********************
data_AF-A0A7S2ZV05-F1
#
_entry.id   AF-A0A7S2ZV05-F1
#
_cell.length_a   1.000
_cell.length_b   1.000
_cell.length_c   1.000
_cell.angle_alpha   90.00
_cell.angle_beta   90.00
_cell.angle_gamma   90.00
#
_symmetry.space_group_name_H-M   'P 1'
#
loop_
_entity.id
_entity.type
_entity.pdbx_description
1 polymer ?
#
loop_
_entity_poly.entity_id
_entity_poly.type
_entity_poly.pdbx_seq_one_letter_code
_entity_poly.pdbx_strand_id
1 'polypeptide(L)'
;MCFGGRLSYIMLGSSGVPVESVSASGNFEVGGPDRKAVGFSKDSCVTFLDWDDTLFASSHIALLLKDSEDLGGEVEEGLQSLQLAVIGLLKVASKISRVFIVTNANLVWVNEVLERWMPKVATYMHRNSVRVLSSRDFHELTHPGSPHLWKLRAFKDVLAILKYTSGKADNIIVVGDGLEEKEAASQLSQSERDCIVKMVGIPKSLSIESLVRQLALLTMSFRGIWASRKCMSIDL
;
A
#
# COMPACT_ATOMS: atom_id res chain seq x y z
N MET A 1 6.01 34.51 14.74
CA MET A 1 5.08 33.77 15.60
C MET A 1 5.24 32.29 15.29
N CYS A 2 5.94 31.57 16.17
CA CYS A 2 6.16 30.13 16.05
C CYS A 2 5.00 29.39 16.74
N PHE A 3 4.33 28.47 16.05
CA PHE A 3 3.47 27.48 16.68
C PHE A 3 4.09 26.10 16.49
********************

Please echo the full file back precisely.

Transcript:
data_AF-A0A7S2ZV05-F1
#
_entry.id   AF-A0A7S2ZV05-F1
#
_cell.length_a   1.000
_cell.length_b   1.000
_cell.length_c   1.000
_cell.angle_alpha   90.00
_cell.angle_beta   90.00
_cell.angle_gamma   90.00
#
_symmetry.space_group_name_H-M   'P 1'
#
loop_
_entity.id
_entity.type
_entity.pdbx_description
1 polymer ?
#
loop_
_entity_poly.entity_id
_entity_poly.type
_entity_poly.pdbx_seq_one_letter_code
_entity_poly.pdbx_strand_id
1 'polypeptide(L)'
;MCFGGRLSYIMLGSSGVPVESVSASGNFEVGGPDRKAVGFSKDSCVTFLDWDDTLFASSHIALLLKDSEDLGGEVEEGLQSLQLAVIGLLKVASKISRVFIVTNANLVWVNEVLERWMPKVATYMHRNSVRVLSSRDFHELTHPGSPHLWKLRAFKDVLAILKYTSGKADNIIVVGDGLEEKEAASQLSQSERDCIVKMVGIPKSLSIESLVRQLALLTMSFRGIWASRKCMSIDL
;
A
#
# COMPACT_ATOMS: atom_id res chain seq x y z
N MET A 1 6.01 34.51 14.74
CA MET A 1 5.08 33.77 15.60
C MET A 1 5.24 32.29 15.29
N CYS A 2 5.94 31.57 16.17
CA CYS A 2 6.16 30.13 16.05
C CYS A 2 5.00 29.39 16.74
N PHE A 3 4.33 28.47 16.05
CA PHE A 3 3.47 27.48 16.68
C PHE A 3 4.09 26.10 16.49